So I've pondered, how can I possibly share what we have been through the past 4 months? And it's going to have to be an abridged version, so while this seems like a long version I could probably write a multi chapter novel. So here we go...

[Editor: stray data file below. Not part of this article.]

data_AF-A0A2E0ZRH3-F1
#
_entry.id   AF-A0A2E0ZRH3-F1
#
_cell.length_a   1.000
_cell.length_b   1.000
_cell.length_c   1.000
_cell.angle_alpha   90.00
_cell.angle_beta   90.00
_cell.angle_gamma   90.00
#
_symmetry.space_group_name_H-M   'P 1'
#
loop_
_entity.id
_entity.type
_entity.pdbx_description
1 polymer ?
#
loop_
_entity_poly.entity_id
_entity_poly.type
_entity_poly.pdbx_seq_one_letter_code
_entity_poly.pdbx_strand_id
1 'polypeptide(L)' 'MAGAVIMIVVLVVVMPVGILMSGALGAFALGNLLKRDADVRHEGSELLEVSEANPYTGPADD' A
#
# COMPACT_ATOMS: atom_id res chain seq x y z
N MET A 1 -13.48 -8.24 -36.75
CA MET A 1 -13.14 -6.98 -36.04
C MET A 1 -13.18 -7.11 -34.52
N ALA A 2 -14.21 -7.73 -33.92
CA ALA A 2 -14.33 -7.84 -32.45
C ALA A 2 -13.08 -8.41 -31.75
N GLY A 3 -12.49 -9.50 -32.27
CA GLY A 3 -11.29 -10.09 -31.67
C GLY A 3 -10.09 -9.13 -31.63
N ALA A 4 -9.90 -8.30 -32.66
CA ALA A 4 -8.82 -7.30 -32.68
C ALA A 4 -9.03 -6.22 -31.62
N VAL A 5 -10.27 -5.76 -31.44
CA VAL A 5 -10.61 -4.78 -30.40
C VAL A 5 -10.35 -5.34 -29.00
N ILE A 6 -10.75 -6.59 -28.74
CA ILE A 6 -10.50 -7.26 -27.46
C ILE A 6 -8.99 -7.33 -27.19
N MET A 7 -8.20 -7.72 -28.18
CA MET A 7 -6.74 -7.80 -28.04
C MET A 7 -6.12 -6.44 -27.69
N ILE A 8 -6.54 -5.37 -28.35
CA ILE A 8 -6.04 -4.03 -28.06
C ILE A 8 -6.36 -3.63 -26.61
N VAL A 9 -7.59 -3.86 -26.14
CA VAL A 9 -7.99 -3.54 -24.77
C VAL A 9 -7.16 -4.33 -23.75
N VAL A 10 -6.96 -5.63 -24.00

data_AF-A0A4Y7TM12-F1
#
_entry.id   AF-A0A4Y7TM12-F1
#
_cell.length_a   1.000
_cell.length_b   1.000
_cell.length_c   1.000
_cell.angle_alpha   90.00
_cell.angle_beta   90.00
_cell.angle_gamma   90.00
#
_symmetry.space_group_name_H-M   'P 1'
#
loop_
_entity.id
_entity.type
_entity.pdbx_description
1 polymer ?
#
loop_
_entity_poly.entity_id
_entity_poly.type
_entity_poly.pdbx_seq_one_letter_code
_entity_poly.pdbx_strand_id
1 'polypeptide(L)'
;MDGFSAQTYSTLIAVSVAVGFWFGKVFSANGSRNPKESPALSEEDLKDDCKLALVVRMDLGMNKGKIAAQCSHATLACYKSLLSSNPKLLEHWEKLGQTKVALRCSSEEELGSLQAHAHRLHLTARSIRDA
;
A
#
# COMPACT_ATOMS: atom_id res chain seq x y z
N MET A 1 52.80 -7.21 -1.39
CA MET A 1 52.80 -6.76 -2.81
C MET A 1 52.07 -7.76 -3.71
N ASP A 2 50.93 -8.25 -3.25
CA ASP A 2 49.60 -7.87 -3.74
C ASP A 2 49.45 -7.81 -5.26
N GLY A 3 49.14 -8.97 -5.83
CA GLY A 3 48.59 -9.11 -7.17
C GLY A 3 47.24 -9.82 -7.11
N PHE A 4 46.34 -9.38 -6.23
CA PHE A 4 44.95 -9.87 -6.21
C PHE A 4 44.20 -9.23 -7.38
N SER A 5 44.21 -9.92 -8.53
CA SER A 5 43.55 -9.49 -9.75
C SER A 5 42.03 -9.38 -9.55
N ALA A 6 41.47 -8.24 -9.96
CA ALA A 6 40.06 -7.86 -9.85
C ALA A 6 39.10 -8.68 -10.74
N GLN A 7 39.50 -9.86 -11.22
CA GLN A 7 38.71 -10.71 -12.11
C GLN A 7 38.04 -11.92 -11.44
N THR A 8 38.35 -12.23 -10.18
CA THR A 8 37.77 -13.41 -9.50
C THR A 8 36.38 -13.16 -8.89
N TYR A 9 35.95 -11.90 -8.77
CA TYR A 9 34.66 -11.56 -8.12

Preston was born January 21,2012 on the same day that we completed our childbirth class. In fact my water broke probably a half hour after while going to have lunch with our friends that were also in the class with us, Leah and Casey. The day was the fastest day of my life. 4 hours later Preston had arrived. He was having trouble breathing so was flown to Mercy Redding he was there for nearly a week and boy, we thought that was tough! In retrospect those first 6 days were a cakewalk. On day six we got a call from the Doc and he asked us to come to the NICU ASAP. We knew something was up when he took us into his office. We've learned that when the docs take you to a private place you are in the "bad news room". He proceeded to tell us that they were concerned about preston for several reasons so they had completed several ultrasounds and a CT scan and had discovered that he had a bleed in his brain. Devastating news of course and Preston was then flown to UCDavis within hours. We drove down I-5 to Sac while our son was in the air and beat him to the hospital. I think we arrived around 1am. We were asked dozens of questions about our family history, the course of events thorough the pregnancy, birth and the events that took place during the first week of his life. He was closely monitored for weeks for the bleed in his head and several tests were done to find out why it had occurred . Apparently it's common for premature babies to have bleeding but not babies born at 35 weeks. A hematologist closely followed and studied Preston for bleeding disorders. It seemed like the took a pint of blood from him weekly for all of their tests. All tests were semi inconclusive and left the Docs scratching their heads as to why this occurred. We did learn from the neurologist and Neuro surgeons that the bleeding could possibly have some hindrance on Preston's motor skills on the right side of his body but they have reason to believe that he will be fine cognitively because of the location of the bleed. Preston did have a surgery to implant a catheter called an inter ventricular reservoir so that the fluid could be released to attempt to remove the blood fragments from his brain so that hopefully the spinal fluid could flow properly without a permanent shunt (drain). The reservoir is a little bump on the top of his head that can be poked with a syringe to remove the spinal fluid to release pressure. Most baby's have a flat soft spoof with a narrow opening. Because this bleeding occurred Preston's soft spot was wider than normal and at times slightly bulged. To this day he still doesn't have a shunt but that's not to say that at some point it will not be necessary. Finally, after about 6 weeks it seemed Preston's condition had stabilized enough for us to take him home. We were home and back a few times for planned re-admissions for monitoring of his little noggin and during each re-admission, if they found something in the ultrasounds that showed that his head was not stable they would take home into surgery that day to put in the vp shunt. It was so hard knowing that the ultrasound would determine if we would either go home the same day or else go to surgery immediately. He escaped the surgery through two of the re-admissions so we were able to take him home for two weekends and then the third time he was safe again we thought we were home for good. The plan was that we would then come back to see the neurosurgeon every two weeks for close monitoring.